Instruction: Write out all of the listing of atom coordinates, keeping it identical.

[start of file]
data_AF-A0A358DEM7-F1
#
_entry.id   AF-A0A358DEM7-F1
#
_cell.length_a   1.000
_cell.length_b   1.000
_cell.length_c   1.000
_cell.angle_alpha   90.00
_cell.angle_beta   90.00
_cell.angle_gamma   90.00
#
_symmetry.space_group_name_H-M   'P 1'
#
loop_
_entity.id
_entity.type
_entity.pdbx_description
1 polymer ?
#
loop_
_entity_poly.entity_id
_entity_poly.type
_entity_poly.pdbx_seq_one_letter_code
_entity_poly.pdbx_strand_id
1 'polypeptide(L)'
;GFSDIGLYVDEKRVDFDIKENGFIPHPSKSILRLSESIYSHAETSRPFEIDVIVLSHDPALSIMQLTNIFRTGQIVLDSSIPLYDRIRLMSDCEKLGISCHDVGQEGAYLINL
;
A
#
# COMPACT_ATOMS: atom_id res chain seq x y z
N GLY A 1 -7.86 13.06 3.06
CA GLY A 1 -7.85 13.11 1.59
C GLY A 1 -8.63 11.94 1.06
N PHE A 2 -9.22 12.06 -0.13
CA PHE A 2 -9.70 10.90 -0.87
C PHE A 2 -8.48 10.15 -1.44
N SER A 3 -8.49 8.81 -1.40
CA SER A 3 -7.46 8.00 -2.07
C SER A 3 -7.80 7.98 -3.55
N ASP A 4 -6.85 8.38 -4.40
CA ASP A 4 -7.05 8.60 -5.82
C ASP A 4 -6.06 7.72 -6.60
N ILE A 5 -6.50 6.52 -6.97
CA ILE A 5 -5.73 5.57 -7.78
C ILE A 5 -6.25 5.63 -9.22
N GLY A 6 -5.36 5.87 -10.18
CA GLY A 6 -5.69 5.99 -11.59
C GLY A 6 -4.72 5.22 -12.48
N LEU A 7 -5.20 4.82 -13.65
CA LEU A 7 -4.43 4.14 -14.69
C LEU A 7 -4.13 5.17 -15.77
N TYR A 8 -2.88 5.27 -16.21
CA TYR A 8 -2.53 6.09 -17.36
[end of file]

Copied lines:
data_AF-A0A358DEM7-F1
#
_entry.id   AF-A0A358DEM7-F1
#
_cell.length_a   1.000
_cell.length_b   1.000
_cell.length_c   1.000
_cell.angle_alpha   90.00
_cell.angle_beta   90.00
_cell.angle_gamma   90.00
#
_symmetry.space_group_name_H-M   'P 1'
#
loop_
_entity.id
_entity.type
_entity.pdbx_description
1 polymer ?
#
loop_
_entity_poly.entity_id
_entity_poly.type
_entity_poly.pdbx_seq_one_letter_code
_entity_poly.pdbx_strand_id
1 'polypeptide(L)'
;GFSDIGLYVDEKRVDFDIKENGFIPHPSKSILRLSESIYSHAETSRPFEIDVIVLSHDPALSIMQLTNIFRTGQIVLDSSIPLYDRIRLMSDCEKLGISCHDVGQEGAYLINL
;
A
#
# COMPACT_ATOMS: atom_id res chain seq x y z
N GLY A 1 -7.86 13.06 3.06
CA GLY A 1 -7.85 13.11 1.59
C GLY A 1 -8.63 11.94 1.06
N PHE A 2 -9.22 12.06 -0.13
CA PHE A 2 -9.70 10.90 -0.87
C PHE A 2 -8.48 10.15 -1.44
N SER A 3 -8.49 8.81 -1.40
CA SER A 3 -7.46 8.00 -2.07
C SER A 3 -7.80 7.98 -3.55
N ASP A 4 -6.85 8.38 -4.40
CA ASP A 4 -7.05 8.60 -5.82
C ASP A 4 -6.06 7.72 -6.60
N ILE A 5 -6.50 6.52 -6.97
CA ILE A 5 -5.73 5.57 -7.78
C ILE A 5 -6.25 5.63 -9.22
N GLY A 6 -5.36 5.87 -10.18
CA GLY A 6 -5.69 5.99 -11.59
C GLY A 6 -4.72 5.22 -12.48
N LEU A 7 -5.20 4.82 -13.65
CA LEU A 7 -4.43 4.14 -14.69
C LEU A 7 -4.13 5.17 -15.77
N TYR A 8 -2.88 5.27 -16.21
CA TYR A 8 -2.53 6.09 -17.36